Google Maps route transferred to Kurviger differences

I am requesting some feedback on a routing issue. My mate uses Google Maps on his phone and I use Kurviger and a Garmin Zumo XT.

He is the lead for an upcoming 16 day :motorcycle::grin: and he has done all the routes in Google Maps. He sent me Google Maps links for each day and I use MapsToGPX to convert them for Kurviger and then export as Garmin Shaping Point files. My routes always end up much longer as they include different turns.

I understand mapping software is complex but I have become very comfortable with Kurviger and Garmin over the last 18 months.

In this case we can ignore MapsToGPX and also Garmin Zumo as I can reproduce the effect without those two elements.

Attached are some images / screen shots to show the issue for a 3 kilometer section of the ride:

On Google Maps the route is straight through the town. If I choose the same start and end using Kurviger the route has a left turn off the main road and then right back on the main road after the town. I have all my filters turned OFF !

When I export as Garmin Shaping Points and import to my Garmin Zumo XT it shows the same route with the left and right additional turns BUT shows a RED track as per the Google Map straight through the town.


Hi Garry,

please share the short link to your example so we can take a look. You can then also see what curvature you have set.

And Google Maps

I can not open the Kurviger link

All curvature options avoid the road through town.

Google Maps does show heavy traffic.



Kurviger mag die Bundestrasse dort nicht! Ist bei mir auch so, natürlich. Sogar, dass es lieber zurückroutet als den schnelleren, direkten Weg zu nehmen: :slight_smile:

Der vermeintlich schnellere Weg ist nach den OSM-Definitionen nicht der schnellere Weg!

Während die Mittagong Road mit maximal 70 km/h befahren werden darf, ist die Kirkham Road frei befahrbar. Siehe OpenStreetMap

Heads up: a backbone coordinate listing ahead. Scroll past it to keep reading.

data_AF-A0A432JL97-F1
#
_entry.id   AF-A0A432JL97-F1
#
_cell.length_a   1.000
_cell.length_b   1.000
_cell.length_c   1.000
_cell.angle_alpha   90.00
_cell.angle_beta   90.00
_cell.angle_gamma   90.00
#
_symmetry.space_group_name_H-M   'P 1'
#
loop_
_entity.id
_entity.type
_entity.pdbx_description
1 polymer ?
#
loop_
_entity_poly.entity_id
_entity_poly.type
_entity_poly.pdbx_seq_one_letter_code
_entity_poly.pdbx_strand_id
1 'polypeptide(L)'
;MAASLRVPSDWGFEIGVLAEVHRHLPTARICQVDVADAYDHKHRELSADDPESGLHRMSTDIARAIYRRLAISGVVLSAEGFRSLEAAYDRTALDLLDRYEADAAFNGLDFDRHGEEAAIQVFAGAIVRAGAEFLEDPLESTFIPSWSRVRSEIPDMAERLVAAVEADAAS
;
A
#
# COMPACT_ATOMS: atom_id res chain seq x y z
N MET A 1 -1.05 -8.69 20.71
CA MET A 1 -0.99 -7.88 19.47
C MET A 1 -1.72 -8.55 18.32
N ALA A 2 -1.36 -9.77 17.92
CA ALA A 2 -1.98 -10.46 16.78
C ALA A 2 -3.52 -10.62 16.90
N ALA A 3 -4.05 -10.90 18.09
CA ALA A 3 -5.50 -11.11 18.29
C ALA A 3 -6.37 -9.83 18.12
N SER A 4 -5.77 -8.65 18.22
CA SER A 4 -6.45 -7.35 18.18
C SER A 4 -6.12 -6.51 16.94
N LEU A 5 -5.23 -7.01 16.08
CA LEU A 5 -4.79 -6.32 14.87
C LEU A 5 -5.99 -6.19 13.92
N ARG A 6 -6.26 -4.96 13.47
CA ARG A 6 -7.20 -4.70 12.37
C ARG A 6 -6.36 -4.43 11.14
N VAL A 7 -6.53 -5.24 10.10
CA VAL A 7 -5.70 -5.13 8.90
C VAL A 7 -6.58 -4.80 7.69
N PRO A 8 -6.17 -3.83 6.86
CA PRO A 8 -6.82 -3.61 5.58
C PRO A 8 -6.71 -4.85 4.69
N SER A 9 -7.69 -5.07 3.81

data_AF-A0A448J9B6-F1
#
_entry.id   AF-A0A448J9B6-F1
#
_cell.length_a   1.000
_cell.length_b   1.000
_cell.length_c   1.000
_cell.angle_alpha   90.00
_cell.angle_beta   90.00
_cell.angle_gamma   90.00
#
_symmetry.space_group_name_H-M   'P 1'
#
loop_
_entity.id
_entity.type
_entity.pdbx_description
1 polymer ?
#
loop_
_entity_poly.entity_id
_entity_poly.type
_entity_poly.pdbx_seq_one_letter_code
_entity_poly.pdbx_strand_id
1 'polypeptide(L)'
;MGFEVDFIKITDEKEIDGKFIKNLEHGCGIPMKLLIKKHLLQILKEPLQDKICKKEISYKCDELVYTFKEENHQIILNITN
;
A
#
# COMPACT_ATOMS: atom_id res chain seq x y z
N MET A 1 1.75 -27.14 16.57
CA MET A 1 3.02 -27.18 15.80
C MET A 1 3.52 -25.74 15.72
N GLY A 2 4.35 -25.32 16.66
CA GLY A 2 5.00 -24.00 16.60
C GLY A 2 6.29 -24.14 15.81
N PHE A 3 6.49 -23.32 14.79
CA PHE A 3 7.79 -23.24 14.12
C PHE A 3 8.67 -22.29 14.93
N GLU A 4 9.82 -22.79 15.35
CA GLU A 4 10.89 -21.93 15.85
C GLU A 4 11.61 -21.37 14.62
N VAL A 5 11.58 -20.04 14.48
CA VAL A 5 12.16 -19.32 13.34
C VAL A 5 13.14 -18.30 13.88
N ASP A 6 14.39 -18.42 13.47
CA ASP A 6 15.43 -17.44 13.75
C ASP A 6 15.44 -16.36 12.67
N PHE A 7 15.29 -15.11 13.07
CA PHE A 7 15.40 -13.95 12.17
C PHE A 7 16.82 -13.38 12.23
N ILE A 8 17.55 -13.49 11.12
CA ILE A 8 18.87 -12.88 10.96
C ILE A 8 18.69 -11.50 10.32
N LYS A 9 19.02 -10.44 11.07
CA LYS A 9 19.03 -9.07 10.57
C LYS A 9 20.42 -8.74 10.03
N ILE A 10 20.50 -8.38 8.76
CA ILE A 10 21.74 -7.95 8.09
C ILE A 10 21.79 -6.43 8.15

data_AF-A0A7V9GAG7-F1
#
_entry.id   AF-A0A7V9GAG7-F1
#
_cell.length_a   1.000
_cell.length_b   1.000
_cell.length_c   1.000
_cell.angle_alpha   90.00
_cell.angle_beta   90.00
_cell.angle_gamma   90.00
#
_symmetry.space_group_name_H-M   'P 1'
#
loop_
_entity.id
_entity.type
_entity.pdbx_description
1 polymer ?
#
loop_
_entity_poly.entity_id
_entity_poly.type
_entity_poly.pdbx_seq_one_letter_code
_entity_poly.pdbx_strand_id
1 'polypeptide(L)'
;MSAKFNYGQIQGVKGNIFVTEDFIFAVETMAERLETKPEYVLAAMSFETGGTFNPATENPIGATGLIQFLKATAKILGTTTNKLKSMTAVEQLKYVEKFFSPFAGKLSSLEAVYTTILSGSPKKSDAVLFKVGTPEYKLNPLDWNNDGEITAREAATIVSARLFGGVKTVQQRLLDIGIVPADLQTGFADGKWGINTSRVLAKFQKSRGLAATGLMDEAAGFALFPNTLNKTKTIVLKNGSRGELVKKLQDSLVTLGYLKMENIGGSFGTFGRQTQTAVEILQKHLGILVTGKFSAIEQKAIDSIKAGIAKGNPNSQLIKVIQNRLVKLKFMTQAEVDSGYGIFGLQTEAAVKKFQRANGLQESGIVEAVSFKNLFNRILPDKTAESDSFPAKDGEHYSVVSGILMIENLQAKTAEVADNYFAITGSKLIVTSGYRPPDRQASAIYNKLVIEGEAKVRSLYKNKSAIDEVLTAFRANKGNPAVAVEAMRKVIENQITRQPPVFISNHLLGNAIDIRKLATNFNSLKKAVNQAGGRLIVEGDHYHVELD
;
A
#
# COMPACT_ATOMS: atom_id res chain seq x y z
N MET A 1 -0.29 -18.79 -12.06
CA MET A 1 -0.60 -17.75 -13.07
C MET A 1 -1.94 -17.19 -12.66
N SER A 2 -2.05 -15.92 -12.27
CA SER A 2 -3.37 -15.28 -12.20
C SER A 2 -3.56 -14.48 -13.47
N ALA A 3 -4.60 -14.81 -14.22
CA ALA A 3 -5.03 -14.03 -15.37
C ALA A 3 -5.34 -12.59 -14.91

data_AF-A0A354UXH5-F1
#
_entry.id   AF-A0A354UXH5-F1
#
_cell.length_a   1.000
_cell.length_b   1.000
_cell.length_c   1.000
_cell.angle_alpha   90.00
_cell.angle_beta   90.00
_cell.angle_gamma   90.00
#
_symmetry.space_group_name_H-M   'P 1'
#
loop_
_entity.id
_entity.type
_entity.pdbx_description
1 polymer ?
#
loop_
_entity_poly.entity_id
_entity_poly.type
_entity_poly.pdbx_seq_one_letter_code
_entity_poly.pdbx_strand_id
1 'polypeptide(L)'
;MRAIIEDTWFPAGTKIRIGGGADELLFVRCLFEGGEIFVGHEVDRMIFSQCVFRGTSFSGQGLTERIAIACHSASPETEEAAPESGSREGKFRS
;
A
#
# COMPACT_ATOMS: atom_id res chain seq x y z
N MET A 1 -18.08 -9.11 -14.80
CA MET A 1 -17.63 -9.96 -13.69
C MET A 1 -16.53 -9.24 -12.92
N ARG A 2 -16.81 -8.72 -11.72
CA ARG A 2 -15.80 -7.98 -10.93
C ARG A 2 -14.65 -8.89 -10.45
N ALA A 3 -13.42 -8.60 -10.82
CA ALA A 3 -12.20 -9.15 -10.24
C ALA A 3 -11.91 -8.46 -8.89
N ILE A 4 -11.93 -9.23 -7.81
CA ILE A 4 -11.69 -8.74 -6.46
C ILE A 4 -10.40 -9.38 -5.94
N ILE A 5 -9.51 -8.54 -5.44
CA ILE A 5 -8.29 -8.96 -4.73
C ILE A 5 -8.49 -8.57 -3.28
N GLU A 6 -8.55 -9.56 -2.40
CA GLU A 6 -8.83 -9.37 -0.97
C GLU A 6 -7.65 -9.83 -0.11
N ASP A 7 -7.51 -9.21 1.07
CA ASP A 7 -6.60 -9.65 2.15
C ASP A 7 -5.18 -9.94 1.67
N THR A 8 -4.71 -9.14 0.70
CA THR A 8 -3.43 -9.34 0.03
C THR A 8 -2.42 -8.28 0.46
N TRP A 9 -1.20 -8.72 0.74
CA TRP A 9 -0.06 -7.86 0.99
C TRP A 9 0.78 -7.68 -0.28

Lustig ist übrigens die Definition einzelner Bäume im OSM … :laughing:

The supposedly faster way is not the faster way according to the OSM definitions!

While the Mittagong Road may be driven with a maximum of 70 km/h, the Kirkham Road is free. See OpenStreetMap

By the way, funny is the definition of individual trees in OSM … :laughing:


Importiert man die Google Maps Route im GPX Format als Overlay ist die Route gleich.

Einen GPX Track sollte man eigentlich 1:1 importieren können was mit Kurviger aber leider nur als Overlay funktioniert.

Thank you, that seems to be the reason for Kurvigers behavior and there does not appear to be a way around it other than put a shaping point in the middle … but I can’t do that for a 5,600km trip to replicate Google Maps.

Somebody loves those trees !

As another comment states I can follow the track.


Hi Emu, OpenStreetMap is free to edit for everybody, if you change the speed limit on the other road to what it actually is in reality, then Kurviger will probably behave as you expect :slight_smile: If you have any questions about editing OSM there are a lot of people here on the forum willing to help

Hi Patrick and thanks for engaging.

The speed limit on the other back road is likely higher than through the town. So it will likely continue to go the back way. Any idea on how Google Maps processes this logic.